Nick Kaiser, photographed at IAP in 2017. Nick Kaiser, photographed at IAP in 2017.
Credit: Jean Mouette /IAP-CNRS-SU

It is with great sadness that the members of the Institut d'astrophysique de Paris learnt about the passing of Nick Kaiser on June 15, an exceptional scientist and a friend.

His fundamental contributions to the field of theoretical cosmology have had a significant impact on the study of large-scale structures of the Universe and the development of observational cosmology at these scales. Nick was the originator of the idea of “bias” in his seminal 1984 paper, explaining the difference between the distribution of clusters of galaxies and that of dark matter. He was the “K” in “BBKS”, one of the most important papers in the theory of large-scale structures, elucidating the link between the initial distribution of the dark matter peaks and the observed velocity distribution of galaxies. His 1987 paper on the impact of distortions in redshift space on the observed distribution of galaxies is also seminal.

His and Gordon Squires's proposition to use image distortions caused by the weak gravitational lensing effect to deduct the distribution of underlying matter is the founder of a vibrant field, with the imminent launch of the Euclid satellite. These works laid the foundation for the theory of the Universe cosmic web.

Nick Kaiser's research was guided by a very deep physical insight. He identified the fundamental aspects of seemingly complicated phenomena to build simple models that focused on the core issues. For those who knew him personally or had the opportunity to meet him, his kindness, his boundless enthusiasm for scientific discussions, often provocative but always filled with humour, will remain in our memories.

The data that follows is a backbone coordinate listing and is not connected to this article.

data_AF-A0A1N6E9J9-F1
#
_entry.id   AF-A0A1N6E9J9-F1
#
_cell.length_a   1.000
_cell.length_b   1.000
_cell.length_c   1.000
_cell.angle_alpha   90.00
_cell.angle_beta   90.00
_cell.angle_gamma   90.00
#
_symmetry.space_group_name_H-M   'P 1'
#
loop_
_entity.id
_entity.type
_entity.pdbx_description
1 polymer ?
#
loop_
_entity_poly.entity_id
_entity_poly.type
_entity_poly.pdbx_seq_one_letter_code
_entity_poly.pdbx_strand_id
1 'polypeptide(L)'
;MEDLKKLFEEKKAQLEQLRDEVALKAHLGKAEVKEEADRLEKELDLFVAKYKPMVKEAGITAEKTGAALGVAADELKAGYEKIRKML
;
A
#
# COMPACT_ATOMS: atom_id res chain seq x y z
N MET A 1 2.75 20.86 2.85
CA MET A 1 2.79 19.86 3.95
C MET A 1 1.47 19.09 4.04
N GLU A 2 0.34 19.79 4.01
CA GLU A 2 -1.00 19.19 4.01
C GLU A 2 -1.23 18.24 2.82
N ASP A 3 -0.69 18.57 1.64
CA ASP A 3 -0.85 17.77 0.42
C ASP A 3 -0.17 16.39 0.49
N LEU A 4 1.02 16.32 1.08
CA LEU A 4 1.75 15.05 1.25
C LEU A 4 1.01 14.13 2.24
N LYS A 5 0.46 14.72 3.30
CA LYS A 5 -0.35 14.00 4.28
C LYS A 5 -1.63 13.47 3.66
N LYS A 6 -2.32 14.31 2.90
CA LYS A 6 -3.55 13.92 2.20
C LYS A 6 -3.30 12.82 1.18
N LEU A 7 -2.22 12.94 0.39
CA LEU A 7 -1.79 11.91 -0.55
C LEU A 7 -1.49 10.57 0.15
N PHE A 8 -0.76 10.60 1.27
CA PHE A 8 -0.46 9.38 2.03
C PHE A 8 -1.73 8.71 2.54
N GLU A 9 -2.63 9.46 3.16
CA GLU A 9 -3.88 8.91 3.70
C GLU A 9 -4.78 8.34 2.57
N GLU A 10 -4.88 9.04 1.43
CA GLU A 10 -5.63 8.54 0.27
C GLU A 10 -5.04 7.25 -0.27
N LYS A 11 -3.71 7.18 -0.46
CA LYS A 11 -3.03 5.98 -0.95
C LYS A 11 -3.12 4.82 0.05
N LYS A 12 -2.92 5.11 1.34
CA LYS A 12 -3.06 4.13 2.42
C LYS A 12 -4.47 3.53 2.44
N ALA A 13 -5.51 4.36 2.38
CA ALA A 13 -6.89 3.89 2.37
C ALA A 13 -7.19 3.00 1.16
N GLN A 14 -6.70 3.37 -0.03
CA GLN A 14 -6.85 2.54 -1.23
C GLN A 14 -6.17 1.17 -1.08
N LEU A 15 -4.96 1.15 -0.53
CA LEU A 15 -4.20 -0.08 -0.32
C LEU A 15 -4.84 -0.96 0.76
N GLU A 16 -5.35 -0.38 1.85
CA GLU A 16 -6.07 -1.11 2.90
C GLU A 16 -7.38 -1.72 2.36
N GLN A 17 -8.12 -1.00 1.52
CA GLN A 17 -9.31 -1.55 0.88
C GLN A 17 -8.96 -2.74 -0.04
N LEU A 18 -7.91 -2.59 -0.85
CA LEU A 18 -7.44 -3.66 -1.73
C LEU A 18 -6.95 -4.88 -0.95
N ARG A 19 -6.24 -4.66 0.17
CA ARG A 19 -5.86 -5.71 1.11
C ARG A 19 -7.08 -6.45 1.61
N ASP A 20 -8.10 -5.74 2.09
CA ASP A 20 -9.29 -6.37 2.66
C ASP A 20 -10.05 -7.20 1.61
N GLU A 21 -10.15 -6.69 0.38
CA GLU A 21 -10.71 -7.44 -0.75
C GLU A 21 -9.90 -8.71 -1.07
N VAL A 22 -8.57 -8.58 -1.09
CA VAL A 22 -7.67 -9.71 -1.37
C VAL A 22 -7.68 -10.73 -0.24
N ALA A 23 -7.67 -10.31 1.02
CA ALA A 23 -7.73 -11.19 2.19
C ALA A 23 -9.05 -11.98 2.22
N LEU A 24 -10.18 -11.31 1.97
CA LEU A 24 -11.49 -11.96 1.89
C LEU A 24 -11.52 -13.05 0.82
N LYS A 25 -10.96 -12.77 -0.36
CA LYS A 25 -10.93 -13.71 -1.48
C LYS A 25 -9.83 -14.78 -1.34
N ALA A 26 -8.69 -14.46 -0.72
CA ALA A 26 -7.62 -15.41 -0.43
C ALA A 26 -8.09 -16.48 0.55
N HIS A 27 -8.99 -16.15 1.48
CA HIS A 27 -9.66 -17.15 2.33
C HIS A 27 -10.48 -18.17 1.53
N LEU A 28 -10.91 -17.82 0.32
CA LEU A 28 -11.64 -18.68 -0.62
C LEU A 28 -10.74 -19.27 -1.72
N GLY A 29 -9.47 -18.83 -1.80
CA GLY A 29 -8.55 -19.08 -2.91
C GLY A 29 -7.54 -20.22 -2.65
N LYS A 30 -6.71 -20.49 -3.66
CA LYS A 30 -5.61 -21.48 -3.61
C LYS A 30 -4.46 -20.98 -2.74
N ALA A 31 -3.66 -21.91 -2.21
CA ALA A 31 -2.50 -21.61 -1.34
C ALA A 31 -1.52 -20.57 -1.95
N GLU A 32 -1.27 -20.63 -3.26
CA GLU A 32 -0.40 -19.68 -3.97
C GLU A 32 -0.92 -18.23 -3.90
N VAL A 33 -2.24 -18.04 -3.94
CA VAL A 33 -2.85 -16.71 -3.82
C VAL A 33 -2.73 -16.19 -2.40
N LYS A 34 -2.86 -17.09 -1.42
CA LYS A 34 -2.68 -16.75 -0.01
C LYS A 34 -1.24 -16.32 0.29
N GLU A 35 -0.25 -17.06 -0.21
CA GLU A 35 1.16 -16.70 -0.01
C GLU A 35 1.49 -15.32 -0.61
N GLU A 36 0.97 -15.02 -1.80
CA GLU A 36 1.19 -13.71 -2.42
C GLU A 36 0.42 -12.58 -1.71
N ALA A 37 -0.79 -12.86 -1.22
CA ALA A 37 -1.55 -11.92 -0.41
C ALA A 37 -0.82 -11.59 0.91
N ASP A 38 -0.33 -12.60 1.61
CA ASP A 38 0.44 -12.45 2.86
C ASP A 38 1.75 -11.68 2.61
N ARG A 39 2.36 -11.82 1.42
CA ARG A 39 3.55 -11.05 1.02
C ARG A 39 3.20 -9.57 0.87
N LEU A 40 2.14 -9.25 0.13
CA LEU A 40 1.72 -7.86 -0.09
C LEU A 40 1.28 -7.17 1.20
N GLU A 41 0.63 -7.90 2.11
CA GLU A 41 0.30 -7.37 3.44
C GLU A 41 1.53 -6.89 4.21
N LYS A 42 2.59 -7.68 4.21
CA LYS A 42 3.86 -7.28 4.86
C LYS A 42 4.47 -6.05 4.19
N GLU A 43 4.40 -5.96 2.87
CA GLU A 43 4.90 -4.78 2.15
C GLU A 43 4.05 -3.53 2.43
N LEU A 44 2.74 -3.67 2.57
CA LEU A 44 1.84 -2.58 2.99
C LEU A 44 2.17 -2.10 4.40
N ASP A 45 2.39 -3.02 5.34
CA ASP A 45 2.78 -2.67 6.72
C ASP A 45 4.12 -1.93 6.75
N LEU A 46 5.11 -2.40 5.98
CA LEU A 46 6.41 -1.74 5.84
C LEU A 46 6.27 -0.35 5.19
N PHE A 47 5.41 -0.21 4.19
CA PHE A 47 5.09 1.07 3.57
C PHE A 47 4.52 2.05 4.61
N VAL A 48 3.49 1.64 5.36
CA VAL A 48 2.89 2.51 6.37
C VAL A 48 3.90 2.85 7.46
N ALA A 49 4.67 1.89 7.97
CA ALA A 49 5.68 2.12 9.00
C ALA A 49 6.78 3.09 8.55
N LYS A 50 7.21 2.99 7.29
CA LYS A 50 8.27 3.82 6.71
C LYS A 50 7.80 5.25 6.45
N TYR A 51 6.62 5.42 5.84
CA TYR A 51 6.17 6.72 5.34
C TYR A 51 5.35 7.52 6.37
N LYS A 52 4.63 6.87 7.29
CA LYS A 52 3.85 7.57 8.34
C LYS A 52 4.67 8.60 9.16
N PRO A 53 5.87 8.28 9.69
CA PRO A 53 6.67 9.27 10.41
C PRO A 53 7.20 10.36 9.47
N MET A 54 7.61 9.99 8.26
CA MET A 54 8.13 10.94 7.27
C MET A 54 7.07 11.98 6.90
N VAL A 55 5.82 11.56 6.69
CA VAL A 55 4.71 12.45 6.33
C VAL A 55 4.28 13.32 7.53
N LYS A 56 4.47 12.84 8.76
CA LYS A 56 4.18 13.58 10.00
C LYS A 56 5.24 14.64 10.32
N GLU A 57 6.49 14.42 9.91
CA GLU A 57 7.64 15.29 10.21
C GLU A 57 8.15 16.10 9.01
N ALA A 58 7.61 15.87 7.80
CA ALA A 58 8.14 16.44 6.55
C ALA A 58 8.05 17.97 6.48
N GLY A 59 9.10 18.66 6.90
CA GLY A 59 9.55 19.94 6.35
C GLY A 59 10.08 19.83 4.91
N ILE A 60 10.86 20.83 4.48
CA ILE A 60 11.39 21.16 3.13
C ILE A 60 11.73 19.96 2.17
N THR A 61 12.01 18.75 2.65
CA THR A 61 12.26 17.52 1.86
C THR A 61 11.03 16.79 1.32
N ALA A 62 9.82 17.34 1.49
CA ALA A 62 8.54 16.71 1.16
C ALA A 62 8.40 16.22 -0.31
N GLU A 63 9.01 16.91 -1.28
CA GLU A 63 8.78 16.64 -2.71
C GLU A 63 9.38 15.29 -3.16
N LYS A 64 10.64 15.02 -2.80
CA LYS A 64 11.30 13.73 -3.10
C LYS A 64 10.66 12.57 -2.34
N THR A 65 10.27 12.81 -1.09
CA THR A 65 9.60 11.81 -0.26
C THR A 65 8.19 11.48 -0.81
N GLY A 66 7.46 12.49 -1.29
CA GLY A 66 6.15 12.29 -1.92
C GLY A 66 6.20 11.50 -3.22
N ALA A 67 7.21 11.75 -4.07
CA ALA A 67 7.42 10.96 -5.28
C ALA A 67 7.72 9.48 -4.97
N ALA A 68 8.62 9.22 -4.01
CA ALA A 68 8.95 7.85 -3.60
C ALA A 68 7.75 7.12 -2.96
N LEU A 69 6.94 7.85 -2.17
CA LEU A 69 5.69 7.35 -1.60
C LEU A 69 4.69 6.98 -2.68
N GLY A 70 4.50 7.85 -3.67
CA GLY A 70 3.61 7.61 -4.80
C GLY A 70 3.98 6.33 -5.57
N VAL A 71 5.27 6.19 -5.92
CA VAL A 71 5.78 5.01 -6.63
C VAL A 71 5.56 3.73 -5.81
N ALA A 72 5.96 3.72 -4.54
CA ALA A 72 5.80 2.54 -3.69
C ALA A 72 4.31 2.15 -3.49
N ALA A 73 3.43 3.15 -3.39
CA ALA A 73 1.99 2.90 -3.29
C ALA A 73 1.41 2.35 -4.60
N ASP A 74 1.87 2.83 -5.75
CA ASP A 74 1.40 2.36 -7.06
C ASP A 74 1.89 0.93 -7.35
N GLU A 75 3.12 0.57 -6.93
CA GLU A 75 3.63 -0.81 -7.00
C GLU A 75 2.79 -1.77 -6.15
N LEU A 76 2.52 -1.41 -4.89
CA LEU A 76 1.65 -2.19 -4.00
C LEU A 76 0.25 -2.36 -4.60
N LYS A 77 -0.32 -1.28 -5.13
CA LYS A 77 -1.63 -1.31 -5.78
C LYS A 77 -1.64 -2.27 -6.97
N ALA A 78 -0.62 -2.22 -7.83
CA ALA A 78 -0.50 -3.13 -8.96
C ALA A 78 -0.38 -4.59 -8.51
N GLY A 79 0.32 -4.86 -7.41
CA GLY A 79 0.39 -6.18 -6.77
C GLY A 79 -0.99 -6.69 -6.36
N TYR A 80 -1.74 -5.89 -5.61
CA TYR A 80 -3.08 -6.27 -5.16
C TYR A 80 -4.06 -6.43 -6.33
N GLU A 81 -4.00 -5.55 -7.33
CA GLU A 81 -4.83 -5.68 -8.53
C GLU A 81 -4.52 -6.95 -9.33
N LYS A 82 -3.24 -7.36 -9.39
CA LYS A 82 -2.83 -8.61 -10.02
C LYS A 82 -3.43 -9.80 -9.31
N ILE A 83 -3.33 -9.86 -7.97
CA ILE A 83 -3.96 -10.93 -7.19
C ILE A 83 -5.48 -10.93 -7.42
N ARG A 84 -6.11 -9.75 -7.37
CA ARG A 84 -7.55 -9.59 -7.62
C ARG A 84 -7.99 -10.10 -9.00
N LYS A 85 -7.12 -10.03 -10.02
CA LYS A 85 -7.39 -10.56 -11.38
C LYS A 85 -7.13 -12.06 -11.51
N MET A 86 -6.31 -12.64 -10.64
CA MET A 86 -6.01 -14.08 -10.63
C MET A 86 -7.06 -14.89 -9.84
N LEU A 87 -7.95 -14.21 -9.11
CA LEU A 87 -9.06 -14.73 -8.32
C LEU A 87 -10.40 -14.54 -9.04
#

On leave from the Institute of Astronomy at the University of Hawaii, he spent five months at the IAP in 2015. In 2017, he joined the Laboratoire de Physique de l’Ecole Normale Supérieure as a professor. He then contributed to the organization of the ICAP (Initiative for Cosmology and AstroParticle Physics) seminars at the IAP. During the various seminars that he attended, his interventions were enlightening and stimulating. Recently, many colleagues from the IAP and elsewhere had the pleasure and keen interest of listening to and interacting with him during the cosmicweb23 workshop from January to March 2023 at the Kavli Institute for Theoretical Physics (KITP) of the University of California, Santa Barbara.

Many people appreciated his vast knowledge and his discerning view of cosmology. He will be deeply missed.


puce University of Hawaii News: “In memoriam: Pan-STARRS pioneer, trailblazing astronomer Nick Kaiser”

puce Blog “In the Dark”: “R.I.P. Nick Kaiser (1954-2023)”


puce Article in Astrophysical Journal: Kaiser, N., 1984, “On the spatial correlations of Abell clusters”

puce Article in Astrophysical Journal: Bardeen, J. M., Bond, J. R., Kaiser, N., Szalay, A. S., 1986, “The statistics of peaks of gaussian random fields”

puce Article in Monthly Notices of the Royal Astronomical Society: Kaiser, N., 1987, “Clustering in real space and in redshift space”

puce Article in Astrophysical Journal: Kaiser, N., Squires, G., 1993, “Mapping the dark matter with weak gravitational lensing”

Web writing: Christophe Pichon, Valérie de Lapparent

Layout: Jean Mouette

June 2023

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